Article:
You guys must be hitting your strings pretty hard to go out of tune during a set. Yes, get another guitar use if one goes out of tune. Keep the show rolling.

    Thank you for your indulgence,

  13. tangentmusic

    tangentmusic A figment of our exaggeration

    Aug 17, 2007
    This. Have him briefly introduce the songs. At some point near the set's end, have him introduce the band members.
    He doesn't need to give a speech or anything.. Short 'n sweet.
  14. pklima


    May 2, 2003
    Kraków, Polska
    Have him give a long speech about how this next song really means a lot to all members of the band, and you all connect with the lyrics on a really personal level, then play Right Said Fred's "I'm Too Sexy". Worked for me.
  15. fhm555

    fhm555 So FOS my eyes are brown Supporting Member

    Feb 16, 2011
    Get one of those bird dog training colors that shock when you push the button on the included remote.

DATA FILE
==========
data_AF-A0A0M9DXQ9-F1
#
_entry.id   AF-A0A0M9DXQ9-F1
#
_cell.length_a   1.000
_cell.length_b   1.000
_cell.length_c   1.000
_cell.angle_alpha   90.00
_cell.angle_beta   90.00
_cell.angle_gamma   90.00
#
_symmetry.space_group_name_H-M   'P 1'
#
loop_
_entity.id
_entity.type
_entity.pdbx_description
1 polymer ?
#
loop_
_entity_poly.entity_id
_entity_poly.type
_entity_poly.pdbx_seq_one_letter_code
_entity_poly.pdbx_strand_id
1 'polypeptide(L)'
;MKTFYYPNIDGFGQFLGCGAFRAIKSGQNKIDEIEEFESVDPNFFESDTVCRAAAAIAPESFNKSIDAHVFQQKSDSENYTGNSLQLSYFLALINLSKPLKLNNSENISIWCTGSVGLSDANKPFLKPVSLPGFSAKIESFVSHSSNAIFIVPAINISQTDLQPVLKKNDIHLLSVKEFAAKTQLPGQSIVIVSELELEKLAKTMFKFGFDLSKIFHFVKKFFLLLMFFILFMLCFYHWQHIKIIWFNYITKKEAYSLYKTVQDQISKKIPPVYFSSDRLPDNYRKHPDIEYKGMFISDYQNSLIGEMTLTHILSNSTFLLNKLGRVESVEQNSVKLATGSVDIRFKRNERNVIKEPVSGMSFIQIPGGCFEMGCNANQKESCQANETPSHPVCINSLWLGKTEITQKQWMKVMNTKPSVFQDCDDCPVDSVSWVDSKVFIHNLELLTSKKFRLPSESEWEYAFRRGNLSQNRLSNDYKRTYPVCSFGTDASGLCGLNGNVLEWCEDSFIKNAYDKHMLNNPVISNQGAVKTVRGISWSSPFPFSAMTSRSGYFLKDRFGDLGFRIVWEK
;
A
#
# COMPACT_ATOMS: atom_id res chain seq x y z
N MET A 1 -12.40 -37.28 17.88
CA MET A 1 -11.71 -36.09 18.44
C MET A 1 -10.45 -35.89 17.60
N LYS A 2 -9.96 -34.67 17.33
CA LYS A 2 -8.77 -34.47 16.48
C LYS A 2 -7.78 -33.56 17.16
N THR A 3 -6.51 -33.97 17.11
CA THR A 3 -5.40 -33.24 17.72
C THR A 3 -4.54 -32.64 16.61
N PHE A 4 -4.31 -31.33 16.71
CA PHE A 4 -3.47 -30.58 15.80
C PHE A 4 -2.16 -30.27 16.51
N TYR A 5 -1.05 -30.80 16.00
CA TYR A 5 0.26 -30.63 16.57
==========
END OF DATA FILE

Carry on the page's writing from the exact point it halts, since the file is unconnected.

Dress it up with some chrome spikes and you hold the remote. When your singer refuses to talk, zap him until he starts talking. It won't take too many reps before he'll get the message. :D
  16. Erm, selling tickets and giving the money to the venue is pay to play.
  17. Kmonk


    Oct 18, 2012
    South Shore, Massachusetts
    Endorsing Artist: Fender, Spector, Ampeg, Curt Mangan Strings
    The last few times I saw KISS the breaks between songs were anywhere from 45 second to a minute and a half. Even though Paul Stanley was talking, I found it very annoying. He would only say two or three words at a time and then pause.

    Have your singer introduce the song. Since they are originals, he can tell a 20 or 30 second story about a few of them.
  18. P Town

    P Town

    Dec 7, 2011
  19. RustyAxe


    Jul 8, 2008
    As I see it, the problem isn't with the singer. If you leave 30 seconds or more dead air then the guitarists have to become more efficient.
    Why doesn't someone else (you?) do the talking if it's easy for you. There's no rule that says the singer has to be the front man ALL the time.
  20. LiquidMidnight


    Dec 25, 2000
    I could have used that for the opposite purpose when a frontman I worked with rambled too much before songs.